Black women you should know about

Activism for racial equality is not, and has never been, limited to one gender more than another.  Though the names…

Activism for racial equality is not, and has never been, limited to one gender more than another.  Though the names Martin Luther King Jr. and Malcolm X are widely known, as they should be, sometimes they are the only names people know.  However, throughout history there have been countless strong, brave women who have fought for civil rights.  Many have put their lives on the line, and have been the cause of some of the most integral steps towards equality and justice for people of colour.  Here are just a few of the incredible women who have helped change the world.

Rosa Parks

Rosa Parks was extremely active in the civil rights movement in Alabama in America, after she was married to the activist Raymond Parks in 1932.  She joined the Montgomery, Alabama chapter of the National Association for the Advancement of Colored People (NAACP) in 1943, and became involved in a lot of the planning that went into the well-known bus boycott that began during the decade that followed.  However, she is best known for her arrest on December 1st 1955, when she refused to give up her bus seat to a white passenger.  Her act sparked the Montgomery Bus Boycott, which lasted 381 days and eventually led to the complete desegregation of the city’s public transport.  Parks and her family moved to Detroit in 1957, and she remained active in civil rights up until her passing in 2005.

Harriet Tubman

Harriet was enslaved from birth in Maryland in 1822, but managed to escape to her freedom in Philadelphia in 1849.  The year after she arrived in Philadelphia she returned in secret to Maryland, with great risk to herself, in order to help free her family members.  Over the course of the next 12 years she returned nearly 20 times, helping more than 300 enslaved black people to escape enslavement by guiding them along the Underground Railroad.  This “railroad” was the nickname for a secret route that enslaved black people used to flee southern states, so that they could reach anti-slavery states in the north of America and Canada.  During the Civil War, Tubman worked as a nurse, a scout, as well as a spy for Union forces.  After the war she worked to establish schools for formerly enslaved people in South Carolina, and in her later years she also became involved in causes for women’s rights.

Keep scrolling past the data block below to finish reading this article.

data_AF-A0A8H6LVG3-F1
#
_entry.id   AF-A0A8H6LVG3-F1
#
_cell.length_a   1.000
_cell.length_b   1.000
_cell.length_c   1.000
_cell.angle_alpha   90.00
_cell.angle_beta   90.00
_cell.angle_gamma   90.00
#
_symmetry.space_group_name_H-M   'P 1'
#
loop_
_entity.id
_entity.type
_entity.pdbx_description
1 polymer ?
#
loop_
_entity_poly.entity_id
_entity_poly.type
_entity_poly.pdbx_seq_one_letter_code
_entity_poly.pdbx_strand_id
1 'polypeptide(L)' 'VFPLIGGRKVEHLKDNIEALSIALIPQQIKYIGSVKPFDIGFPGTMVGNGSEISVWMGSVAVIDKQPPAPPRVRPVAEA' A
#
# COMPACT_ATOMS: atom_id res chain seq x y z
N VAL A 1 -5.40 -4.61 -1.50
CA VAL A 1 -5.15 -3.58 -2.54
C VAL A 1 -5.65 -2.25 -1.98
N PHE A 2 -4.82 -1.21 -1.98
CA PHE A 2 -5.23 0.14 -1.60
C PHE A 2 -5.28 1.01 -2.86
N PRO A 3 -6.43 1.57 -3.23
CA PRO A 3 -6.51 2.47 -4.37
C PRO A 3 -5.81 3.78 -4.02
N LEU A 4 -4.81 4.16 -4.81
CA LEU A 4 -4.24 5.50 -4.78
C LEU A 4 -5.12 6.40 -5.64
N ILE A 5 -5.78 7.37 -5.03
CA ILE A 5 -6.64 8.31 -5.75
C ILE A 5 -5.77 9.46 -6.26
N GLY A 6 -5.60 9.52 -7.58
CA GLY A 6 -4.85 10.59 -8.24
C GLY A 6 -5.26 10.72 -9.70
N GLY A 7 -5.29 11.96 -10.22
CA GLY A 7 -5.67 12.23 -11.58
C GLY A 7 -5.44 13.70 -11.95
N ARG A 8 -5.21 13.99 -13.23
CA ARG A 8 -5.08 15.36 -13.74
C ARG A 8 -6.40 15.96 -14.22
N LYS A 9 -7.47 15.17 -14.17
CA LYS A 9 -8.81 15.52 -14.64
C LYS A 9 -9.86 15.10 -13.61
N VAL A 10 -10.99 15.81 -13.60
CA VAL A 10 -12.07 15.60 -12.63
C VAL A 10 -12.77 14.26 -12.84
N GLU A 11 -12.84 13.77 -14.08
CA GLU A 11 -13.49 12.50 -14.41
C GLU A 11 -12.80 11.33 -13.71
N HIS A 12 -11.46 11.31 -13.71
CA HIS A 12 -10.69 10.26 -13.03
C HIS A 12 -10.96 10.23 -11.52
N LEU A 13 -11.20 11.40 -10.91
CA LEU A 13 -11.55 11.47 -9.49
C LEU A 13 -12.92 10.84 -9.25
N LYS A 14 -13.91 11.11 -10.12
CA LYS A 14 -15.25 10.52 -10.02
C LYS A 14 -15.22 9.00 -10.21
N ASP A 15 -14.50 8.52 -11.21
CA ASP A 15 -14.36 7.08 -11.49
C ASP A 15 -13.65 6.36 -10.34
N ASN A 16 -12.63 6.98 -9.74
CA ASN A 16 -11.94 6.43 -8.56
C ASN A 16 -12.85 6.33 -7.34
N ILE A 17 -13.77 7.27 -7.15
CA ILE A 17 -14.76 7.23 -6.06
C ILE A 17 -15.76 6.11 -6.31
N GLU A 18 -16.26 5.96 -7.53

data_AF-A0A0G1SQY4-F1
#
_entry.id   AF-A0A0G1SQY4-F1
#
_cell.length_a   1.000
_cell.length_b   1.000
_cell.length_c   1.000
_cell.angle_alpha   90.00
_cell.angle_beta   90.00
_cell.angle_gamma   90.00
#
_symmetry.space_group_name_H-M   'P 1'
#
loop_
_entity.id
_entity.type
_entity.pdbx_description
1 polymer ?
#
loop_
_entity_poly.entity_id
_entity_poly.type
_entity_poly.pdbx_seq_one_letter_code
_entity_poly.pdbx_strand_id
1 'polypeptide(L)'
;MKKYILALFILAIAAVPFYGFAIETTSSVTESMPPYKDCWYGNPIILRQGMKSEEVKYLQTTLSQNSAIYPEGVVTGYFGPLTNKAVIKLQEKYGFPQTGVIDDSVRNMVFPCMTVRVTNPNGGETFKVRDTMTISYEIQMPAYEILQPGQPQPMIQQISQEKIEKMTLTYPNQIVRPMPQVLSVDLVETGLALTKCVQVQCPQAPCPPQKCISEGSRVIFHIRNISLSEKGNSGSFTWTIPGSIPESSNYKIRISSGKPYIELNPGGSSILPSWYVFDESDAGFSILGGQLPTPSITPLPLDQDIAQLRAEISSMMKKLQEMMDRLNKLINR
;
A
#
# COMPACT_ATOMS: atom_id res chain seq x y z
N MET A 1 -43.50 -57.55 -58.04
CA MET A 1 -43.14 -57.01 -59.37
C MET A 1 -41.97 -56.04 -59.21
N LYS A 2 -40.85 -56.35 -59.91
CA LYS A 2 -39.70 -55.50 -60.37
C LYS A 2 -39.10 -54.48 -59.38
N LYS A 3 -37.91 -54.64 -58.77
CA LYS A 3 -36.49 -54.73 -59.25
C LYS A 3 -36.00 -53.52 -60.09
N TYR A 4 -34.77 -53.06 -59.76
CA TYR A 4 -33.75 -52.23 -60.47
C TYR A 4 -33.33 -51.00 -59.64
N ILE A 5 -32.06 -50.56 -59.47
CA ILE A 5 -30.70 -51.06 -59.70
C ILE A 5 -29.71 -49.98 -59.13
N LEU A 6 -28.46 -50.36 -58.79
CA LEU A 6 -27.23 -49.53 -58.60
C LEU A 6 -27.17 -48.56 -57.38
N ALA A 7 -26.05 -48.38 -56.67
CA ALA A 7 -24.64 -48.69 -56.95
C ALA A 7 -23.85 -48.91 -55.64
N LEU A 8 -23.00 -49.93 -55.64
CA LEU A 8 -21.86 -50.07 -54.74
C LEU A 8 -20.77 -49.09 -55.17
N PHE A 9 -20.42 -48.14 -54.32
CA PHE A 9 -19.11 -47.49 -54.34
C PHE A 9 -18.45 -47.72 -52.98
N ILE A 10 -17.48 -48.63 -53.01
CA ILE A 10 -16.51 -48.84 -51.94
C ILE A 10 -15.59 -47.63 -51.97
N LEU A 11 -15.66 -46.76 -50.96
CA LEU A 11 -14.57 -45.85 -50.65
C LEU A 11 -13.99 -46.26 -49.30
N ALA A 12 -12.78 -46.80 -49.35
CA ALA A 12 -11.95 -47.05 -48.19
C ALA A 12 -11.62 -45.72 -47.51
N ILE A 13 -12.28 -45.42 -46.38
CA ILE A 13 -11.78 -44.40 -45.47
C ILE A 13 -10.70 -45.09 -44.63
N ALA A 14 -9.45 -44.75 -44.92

Shirley Chisholm

Shirley Chisholm is best known for her 1972 bid to win the Democratic presidential nomination, and she was the first black woman to ever make this attempt in a major political party.  However, she had been hugely active and successful in state and national politics for more than a decade, and had represented areas of Brooklyn in the New York State Assembly from 1965 to 1968.  She ended up becoming the first black woman to ever serve in Congress in 1968.  During her appointment she co-founded the Congressional Black Caucus, a group of solely African-American members of Congress who met to pursue common legislative objectives.  Chisholm left Washington in 1983 and devoted the rest of her life to civil rights and women’s issues.

Mary McLeod Bethune

Mary McLeod Bethune was an African-American educator and civil rights leader, and she is best known for her work co-founding the Bethune-Cookman University in Florida.  A young Bethune had a huge desire for learning from her earliest days.  After occasions of teaching in Georgia, she and her husband moved to Florida and here she founded the Daytona Normal and Industrial Institute in 1904 to provide education for black girls.  It merged with the Cookman Institute for Men in 1923, and Bethune served as president for the next two decades.  Bethune also led civil rights organizations and advised Presidents Calvin Coolidge, Herbert Hoover, and Franklin Roosevelt on African-American issues.  In addition, President Harry Truman invited her to attend the founding convention of the United Nations; she was the only African-American delegate to attend.

Thank to these influential women and their actions, significant legal changes were brought about for the equality and well-being of people of colour.  They have also brought about empowerment and continue to do so today, their actions leaving a legacy of strength and resilience for others to draw on in modern times.  Though hatred and bigotry still exist, by continuing to work together for equality, respect, and love for people of colour, then they will never ever win.

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